Earlier this month I got the opportunity to visit my cousin in New Jersey (read about it here) and while there, I received spiritual blessing after spiritual blessing from her pastor, Dharius Daniels. One of the many lessons that he taught was on the Biblical definition of a friend. I do not remember his words verbatim, but he said something along the line of us overusing the word friend. He reminded us that the Bible says a friend sticks closer than a brother (Proverbs 18: 24). Specifically, the scripture says “There are ‘friends’ who destroy each other, but a real friend sticks closer than a brother.”
Further in the Word, Jesus defines for His disciples what a friend means to Him:
This is my commandment, that you love one another as I have loved you. Greater love has no one than this, than to lay down one’s life for his friends. You are My friends if you do whatever I command you. No longer do I call you servants, for a servant does not know what his master is doing; but I have called you friends, for all things that I heard from My Father I have made known to you. You did not choose Me, but I chose you and appointed you that you should go and bear fruit, and that your fruit should remain, that whatever you ask the Father in My name He may give you. These things I command you, that you love one another.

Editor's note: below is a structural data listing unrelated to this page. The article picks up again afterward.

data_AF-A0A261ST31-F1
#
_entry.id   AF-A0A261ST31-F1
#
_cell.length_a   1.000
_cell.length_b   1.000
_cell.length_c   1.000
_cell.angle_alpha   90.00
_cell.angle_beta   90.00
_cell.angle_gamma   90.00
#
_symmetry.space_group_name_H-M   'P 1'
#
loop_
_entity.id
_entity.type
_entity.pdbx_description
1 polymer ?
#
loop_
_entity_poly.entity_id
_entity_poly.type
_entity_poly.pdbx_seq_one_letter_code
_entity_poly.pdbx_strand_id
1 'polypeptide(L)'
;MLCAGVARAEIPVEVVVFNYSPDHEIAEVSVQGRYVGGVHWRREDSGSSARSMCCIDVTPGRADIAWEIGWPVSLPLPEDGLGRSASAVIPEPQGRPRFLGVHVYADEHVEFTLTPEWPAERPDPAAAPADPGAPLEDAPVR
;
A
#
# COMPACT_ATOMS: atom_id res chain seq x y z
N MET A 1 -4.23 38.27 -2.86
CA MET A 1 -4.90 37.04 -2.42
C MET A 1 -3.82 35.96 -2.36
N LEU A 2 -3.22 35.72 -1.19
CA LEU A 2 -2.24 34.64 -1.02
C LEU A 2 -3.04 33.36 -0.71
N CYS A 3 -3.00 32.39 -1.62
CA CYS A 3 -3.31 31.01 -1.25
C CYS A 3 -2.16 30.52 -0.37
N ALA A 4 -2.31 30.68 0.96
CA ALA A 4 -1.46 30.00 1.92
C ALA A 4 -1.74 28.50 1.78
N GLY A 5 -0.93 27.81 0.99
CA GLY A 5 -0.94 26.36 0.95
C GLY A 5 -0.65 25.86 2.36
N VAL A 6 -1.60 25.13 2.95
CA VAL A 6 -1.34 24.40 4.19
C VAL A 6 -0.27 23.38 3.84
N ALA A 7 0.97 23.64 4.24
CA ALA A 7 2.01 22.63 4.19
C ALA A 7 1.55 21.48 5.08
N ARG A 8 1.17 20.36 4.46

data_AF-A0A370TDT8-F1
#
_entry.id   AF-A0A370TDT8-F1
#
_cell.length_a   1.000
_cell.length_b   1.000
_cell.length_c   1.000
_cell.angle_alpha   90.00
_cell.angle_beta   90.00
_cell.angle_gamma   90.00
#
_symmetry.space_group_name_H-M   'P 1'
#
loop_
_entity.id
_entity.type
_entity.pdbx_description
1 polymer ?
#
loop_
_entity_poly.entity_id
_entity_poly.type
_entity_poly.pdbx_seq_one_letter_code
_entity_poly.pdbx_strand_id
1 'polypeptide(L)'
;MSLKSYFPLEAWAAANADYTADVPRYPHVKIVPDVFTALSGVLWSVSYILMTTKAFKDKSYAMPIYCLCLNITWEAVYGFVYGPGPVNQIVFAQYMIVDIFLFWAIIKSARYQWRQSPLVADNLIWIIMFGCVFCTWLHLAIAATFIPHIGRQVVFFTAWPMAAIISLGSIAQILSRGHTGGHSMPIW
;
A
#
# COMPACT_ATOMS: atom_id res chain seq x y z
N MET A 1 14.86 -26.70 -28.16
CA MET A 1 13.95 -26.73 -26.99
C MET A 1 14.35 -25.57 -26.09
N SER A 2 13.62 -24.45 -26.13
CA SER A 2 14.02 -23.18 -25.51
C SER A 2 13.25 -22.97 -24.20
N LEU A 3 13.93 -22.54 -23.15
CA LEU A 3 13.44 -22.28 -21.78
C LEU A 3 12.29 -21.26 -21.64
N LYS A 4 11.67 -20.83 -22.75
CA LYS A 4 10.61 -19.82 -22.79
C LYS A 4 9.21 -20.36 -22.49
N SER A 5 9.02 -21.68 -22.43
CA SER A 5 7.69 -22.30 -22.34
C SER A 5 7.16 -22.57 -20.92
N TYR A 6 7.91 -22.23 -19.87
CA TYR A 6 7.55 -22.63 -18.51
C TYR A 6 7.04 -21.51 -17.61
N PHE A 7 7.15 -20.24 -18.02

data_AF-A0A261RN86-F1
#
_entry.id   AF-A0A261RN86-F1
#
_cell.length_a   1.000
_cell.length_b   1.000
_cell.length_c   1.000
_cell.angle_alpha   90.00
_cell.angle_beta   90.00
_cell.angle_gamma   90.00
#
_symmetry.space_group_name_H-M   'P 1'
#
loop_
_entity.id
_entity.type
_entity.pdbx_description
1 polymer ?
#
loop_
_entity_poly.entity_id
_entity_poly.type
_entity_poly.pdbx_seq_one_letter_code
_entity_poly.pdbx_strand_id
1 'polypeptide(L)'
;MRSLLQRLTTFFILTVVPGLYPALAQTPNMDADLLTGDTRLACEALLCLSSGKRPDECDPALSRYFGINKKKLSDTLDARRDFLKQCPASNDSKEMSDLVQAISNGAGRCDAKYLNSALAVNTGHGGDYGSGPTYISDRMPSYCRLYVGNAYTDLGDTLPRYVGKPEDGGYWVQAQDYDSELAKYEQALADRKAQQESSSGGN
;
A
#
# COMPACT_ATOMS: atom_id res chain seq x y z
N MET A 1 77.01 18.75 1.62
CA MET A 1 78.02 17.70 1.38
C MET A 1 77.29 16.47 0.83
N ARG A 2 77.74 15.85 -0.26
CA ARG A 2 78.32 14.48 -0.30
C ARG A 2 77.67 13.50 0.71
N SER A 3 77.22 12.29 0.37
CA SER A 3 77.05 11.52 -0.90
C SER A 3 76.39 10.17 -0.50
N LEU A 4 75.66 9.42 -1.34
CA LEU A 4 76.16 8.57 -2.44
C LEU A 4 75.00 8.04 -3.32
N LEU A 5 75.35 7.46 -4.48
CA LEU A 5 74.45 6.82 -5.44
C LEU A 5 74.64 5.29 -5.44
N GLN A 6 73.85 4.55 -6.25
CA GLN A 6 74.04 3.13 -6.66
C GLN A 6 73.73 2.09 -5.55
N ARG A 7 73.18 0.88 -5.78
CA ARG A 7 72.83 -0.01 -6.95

John 15:12-17, NKJV
The scriptures in John and Proverbs combine to say that a friend is not a term that we should use lightly- this is a term that is reserved for those who share the same sense of love that is referenced in His word.
- A friend sticks closer than a brother.
- A friend loves at all times, and a brother is born for a time of adversity. (Proverbs 17:17, NIV)
- Christ laid down His life for ours.
- Christ calls us His friend.
Beloved, I implore you to be cautious with the term “friend.” A friend is not someone that we meet on social media nor is it someone that we have known for a long period of time.
A friend should be our iron, constantly sharpening us as we sharpen them.
A friend should be willing to lay down their life for ours. Not literally, necessarily, but definitely spiritually. A friend should be willingly to go before the Lord on our behalf, fighting and pleading the blood over our life.
A friend does not disappear when times get hard or change like the seasons, instead they are planted firmly in our lives like the that of a Baobab tree.
Beloved, I am not suggesting that you remove every person from your life just because they do not fit this description. However, I am suggesting that you reserve this prestigious title for those worthy enough of its honor.